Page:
I HAVE been reading news articles on the Somvubu Secondary School and LaSakubva Academy claims for compensation for football players Prince Dube and Last Jesi.
The duo recently left the country to ply their trade in Tanzania and Sudan.
Former Highlanders striker Dube has penned a two-year contract with Tanzanian side Azam. Jesi joined Sudanese giants Al Hilal from Manica Diamonds last week.
Rather than these be celebratory success stories for Zimbabwean football, they have turned into pools of bad blood for those who claim to have participated in the development of these players.
This is sad, especially given that these two institutions are not taking time to understand how the development process works globally.
First and foremost, you must be registered with ZIFA, and players must sign contracts with you. These actions then give you legitimacy in claiming Training and Solitary Compensation.
I quote below the relevant sections:
20 Training compensation
“Training compensation shall be paid to a player’s training club(s): (1) when a player signs his first contract as a professional, and (2) each time a professional is transferred until the end of the season of his 23rd birthday. “The obligation to pay training compensation arises whether the transfer takes place during or at the end of the player’s contract.
“The provisions concerning training compensation are set out in Annexe 4 of these regulations. The principles of training compensation shall not apply to women’s football.
21 Solidarity mechanism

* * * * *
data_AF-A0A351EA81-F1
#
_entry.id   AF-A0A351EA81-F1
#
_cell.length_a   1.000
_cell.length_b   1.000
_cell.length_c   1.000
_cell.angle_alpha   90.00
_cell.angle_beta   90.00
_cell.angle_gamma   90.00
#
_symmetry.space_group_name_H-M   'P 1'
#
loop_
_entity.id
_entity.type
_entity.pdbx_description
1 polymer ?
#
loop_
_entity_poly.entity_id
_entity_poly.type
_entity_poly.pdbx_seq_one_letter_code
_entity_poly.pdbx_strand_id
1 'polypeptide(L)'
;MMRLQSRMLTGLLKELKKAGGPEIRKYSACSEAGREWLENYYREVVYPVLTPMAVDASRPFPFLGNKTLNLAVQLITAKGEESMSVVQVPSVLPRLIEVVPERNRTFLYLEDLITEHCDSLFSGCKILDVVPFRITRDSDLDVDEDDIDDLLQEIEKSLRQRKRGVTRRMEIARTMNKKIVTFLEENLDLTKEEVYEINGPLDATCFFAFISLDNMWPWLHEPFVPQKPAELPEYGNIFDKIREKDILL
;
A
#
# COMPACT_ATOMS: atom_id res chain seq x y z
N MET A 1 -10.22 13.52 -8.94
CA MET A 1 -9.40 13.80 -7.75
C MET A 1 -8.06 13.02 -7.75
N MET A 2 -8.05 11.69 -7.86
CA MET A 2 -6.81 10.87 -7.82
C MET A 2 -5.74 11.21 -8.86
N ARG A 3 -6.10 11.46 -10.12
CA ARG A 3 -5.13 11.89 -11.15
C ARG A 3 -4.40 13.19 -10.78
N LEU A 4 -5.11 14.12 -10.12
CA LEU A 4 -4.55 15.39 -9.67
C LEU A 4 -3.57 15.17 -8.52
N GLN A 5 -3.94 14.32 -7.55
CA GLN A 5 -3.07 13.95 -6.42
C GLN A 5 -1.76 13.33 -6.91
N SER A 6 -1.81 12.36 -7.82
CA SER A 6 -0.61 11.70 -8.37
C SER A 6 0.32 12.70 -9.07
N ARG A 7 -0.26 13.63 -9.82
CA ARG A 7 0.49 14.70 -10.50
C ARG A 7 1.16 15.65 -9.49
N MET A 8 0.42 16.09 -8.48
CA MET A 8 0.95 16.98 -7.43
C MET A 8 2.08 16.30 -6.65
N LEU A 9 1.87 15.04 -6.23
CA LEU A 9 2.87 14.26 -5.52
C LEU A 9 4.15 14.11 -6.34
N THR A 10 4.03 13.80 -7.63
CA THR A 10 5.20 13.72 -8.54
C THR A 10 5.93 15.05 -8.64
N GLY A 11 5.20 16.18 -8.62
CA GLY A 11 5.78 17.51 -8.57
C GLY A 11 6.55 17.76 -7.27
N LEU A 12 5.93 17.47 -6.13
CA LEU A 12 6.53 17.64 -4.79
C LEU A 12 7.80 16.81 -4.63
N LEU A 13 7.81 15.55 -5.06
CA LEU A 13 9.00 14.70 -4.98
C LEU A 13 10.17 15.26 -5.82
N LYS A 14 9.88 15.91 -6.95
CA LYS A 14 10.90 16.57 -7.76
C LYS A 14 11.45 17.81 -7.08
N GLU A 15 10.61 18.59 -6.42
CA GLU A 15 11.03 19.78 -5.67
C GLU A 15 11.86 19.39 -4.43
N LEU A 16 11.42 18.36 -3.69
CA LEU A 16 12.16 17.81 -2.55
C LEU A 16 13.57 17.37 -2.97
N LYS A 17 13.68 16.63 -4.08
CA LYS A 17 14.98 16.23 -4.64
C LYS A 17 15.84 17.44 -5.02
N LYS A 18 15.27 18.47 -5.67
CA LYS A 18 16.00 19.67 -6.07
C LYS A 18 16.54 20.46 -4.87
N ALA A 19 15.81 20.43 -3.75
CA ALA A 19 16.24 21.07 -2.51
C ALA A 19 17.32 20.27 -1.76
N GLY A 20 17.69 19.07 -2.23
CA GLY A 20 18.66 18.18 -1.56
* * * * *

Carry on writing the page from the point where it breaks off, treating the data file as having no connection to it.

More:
“If a professional is transferred before the expiry of his contract, any club that has contributed to his education and training shall receive a proportion of the compensation paid to his former club (solidarity contribution). “The provisions concerning solidarity contributions are set out in Annexe 5 of these regulations.
“Article VII, Sections 20 and 21 and Annexes 4 and 5 provide all the information needed by an organisation that wishes to claiming compensation.
“Article II and III refer to player status, registration, contracts etc that a training institution must undertake for their claim to be legitimate.” It is ZIFA’s responsibility to communicate with, and educate academies and other stakeholders, of their administration and governance requirements.
ZIFA are in possession of this information in the FIFA statutes, and should step up to their responsibilities. If the school’s development programme is registered with ZIFA, and is on the player’s passport, then they have the right to claim compensation.
Nigel Munyati is the director of the Aces Youth Soccer Academy in Harare